October is the month for action on transportation reauthorization, including the Recreational Trails Program. We will hold off saying more about that subject until after we have gotten through the month of September.
There is lot of pressure to reauthorize the Land and Water Conservation Fund since its current authorization expires on September 30th. In July, the Senate Energy and Natural Resources Committee reached a bi-partisan agreement on legislation to reauthorize the program. The House Resources Committee plans to delve into the issue sometime this fall and we are hoping that they make some major reforms to the program. As we have said previously, we have a problem with the federal government acquiring additional property when it can’t take care of what it already owns.
LWCF is funded from royalties paid on off shore oil and gas production. Monies can be used for the acquisition of additional lands for the U.S. Forest Service and the National Park Service as well as national wildlife refuge properties. The Act also authorizes that funds can be provided to the states for outdoor recreation planning as well as the acquisition of lands and waters for recreational purposes. In recent years, the Congress has only permitted expenditures far less than the $900 million ceiling authorized by the original act.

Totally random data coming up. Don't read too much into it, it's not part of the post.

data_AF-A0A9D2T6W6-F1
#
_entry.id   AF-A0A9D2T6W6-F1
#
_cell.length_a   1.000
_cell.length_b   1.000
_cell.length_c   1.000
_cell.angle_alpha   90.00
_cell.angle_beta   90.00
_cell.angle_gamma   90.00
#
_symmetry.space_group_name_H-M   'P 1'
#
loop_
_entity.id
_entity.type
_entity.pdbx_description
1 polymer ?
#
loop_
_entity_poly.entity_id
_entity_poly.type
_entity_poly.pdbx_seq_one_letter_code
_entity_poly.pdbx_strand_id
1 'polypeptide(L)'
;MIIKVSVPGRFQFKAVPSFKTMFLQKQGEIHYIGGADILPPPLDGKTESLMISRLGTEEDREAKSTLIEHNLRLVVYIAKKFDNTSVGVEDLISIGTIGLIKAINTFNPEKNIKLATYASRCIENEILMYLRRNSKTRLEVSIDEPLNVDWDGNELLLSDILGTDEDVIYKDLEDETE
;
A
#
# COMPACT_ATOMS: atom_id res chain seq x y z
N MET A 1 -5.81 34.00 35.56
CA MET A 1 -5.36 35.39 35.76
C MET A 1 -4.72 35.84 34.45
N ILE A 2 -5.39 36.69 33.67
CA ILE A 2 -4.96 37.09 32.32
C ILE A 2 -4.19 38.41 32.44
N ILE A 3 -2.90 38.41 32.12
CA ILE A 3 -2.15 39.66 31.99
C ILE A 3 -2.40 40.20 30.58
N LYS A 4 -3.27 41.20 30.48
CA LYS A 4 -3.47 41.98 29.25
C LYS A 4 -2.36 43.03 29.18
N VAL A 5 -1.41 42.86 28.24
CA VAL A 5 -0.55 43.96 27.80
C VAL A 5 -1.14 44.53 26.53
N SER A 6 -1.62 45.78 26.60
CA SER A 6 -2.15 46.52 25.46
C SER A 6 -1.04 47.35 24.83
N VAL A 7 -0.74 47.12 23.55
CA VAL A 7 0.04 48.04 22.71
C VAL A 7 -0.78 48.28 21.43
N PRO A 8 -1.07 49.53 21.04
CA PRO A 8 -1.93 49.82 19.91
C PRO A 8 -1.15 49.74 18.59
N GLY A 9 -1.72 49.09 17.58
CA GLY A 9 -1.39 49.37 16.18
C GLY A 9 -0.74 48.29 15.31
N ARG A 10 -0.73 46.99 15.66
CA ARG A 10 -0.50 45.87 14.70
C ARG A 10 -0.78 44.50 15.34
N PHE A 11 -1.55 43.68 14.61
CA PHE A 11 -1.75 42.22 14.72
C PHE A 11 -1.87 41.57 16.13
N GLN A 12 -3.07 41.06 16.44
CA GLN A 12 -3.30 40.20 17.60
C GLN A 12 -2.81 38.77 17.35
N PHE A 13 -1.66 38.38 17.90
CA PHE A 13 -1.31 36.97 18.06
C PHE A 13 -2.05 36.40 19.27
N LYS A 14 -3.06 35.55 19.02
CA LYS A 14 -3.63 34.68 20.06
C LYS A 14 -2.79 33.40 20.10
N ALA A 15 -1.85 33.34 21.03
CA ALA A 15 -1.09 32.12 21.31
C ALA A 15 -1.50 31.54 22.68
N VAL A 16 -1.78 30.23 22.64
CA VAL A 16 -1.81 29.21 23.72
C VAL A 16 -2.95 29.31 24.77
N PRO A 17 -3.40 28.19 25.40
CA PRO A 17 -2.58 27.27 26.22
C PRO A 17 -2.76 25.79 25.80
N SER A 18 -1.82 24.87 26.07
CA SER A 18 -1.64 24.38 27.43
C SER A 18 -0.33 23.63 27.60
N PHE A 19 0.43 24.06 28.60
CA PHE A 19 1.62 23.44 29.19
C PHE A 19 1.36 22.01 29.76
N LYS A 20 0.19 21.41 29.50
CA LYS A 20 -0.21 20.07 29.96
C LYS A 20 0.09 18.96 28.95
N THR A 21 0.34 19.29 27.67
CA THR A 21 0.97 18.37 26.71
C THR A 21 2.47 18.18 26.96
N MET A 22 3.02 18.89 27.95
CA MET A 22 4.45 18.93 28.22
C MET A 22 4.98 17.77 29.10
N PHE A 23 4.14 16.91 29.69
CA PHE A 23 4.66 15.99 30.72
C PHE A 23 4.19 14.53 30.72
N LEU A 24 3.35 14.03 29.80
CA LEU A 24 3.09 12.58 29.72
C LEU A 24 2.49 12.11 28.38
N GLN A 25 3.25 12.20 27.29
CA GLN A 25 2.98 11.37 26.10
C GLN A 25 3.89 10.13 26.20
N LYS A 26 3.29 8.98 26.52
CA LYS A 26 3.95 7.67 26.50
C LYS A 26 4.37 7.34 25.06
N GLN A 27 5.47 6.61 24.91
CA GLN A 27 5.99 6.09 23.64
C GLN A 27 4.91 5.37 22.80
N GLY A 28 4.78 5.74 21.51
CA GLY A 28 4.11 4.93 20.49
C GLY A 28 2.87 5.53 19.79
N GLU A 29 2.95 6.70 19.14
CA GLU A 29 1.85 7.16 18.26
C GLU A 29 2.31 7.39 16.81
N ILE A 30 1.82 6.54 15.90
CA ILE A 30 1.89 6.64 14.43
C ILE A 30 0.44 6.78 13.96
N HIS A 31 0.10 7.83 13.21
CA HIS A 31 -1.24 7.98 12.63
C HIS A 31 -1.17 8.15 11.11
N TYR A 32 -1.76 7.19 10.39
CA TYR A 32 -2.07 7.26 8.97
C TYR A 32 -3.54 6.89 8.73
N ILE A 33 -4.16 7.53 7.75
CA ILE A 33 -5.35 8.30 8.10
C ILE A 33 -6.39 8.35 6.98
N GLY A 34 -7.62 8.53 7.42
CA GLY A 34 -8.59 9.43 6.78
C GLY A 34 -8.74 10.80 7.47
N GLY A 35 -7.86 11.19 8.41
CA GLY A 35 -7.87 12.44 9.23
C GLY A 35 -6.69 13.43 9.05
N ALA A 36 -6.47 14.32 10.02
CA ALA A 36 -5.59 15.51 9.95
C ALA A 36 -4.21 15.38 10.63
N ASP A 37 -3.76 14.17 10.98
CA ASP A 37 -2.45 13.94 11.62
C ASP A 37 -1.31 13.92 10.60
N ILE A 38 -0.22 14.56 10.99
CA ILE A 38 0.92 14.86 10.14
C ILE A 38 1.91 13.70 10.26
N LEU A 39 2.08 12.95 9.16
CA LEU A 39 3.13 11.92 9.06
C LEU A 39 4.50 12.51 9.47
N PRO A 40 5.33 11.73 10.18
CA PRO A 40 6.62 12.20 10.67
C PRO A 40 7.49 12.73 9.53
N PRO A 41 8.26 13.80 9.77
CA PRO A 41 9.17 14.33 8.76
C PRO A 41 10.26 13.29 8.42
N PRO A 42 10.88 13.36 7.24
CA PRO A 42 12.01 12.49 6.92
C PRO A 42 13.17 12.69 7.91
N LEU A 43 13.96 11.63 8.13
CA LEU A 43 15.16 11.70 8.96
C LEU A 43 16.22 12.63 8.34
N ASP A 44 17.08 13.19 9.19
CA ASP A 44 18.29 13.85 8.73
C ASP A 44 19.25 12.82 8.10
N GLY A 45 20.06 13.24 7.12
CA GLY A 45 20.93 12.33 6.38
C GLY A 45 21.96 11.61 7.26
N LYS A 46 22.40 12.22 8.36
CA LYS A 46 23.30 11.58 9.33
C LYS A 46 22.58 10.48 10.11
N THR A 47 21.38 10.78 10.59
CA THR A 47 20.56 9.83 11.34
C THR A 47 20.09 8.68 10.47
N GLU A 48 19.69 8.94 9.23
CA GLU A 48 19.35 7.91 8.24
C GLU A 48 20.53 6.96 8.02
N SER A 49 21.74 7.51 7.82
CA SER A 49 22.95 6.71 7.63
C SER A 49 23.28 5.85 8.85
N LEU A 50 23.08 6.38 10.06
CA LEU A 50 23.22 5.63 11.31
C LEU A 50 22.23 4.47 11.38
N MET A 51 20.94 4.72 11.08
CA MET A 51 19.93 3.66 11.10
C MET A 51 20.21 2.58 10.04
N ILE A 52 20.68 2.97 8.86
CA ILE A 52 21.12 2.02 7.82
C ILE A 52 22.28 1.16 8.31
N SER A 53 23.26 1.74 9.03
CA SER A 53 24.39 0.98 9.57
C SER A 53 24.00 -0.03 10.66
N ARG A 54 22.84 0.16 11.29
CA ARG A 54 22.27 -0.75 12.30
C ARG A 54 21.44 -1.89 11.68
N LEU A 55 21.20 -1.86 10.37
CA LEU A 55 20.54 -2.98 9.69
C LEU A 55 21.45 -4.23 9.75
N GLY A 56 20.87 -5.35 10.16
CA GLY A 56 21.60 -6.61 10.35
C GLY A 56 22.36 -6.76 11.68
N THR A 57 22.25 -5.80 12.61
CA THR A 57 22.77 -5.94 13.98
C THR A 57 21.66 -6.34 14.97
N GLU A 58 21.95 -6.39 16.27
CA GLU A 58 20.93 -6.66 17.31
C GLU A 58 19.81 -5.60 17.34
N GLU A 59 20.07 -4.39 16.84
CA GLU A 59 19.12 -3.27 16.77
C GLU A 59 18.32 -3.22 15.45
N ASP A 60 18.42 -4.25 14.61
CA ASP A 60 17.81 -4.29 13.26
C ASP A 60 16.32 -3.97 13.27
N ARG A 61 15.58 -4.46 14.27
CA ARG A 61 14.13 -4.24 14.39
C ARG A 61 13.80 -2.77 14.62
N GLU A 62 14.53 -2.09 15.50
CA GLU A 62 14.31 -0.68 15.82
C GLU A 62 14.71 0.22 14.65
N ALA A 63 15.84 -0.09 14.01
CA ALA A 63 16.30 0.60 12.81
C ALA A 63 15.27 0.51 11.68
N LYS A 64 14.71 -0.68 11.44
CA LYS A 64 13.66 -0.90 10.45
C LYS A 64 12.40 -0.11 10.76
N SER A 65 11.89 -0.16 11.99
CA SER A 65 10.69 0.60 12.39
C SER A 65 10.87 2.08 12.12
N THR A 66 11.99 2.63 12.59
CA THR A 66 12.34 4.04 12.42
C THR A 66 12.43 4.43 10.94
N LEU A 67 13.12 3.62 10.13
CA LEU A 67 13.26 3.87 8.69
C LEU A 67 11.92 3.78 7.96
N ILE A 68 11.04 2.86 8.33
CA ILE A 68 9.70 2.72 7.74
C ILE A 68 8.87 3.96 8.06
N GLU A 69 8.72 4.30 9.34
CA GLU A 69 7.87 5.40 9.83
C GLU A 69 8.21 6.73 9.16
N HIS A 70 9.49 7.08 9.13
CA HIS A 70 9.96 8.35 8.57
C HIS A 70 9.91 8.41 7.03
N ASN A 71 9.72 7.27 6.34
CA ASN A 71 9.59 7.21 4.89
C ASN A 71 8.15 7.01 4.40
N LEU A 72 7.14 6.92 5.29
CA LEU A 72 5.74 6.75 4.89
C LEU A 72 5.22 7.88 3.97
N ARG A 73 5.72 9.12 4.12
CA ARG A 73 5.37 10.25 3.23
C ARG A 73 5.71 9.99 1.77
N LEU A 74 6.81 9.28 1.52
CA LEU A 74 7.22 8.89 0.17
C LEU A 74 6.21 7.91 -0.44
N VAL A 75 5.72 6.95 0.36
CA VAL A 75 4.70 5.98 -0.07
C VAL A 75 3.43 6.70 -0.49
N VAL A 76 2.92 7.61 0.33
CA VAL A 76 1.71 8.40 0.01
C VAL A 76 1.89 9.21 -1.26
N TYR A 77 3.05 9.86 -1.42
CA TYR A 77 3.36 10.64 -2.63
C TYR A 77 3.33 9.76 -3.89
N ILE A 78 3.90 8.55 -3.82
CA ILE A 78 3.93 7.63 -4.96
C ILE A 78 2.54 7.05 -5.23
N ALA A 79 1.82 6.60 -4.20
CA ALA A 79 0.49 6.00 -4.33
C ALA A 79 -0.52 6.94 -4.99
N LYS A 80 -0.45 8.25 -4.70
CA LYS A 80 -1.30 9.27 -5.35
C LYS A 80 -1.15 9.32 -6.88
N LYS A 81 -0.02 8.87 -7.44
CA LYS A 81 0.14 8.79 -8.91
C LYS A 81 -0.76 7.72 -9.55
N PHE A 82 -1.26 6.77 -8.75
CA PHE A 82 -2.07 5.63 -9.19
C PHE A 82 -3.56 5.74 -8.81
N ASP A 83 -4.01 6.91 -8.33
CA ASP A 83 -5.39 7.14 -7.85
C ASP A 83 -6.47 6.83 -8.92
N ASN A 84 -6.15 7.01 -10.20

We would like to see some of the LWCF funds dedicated to chipping away at the maintenance backlog for public lands. We are hoping that the House Resources Committee will take this approach.
We do not anticipate that the program will be reauthorized by the September 30th deadline, so some sort of temporary authorization will be needed and the appropriation process is one vehicle that could be used for that purpose. Getting a more permanent reauthorization is likely to take the rest of this year and possibly well into 2016.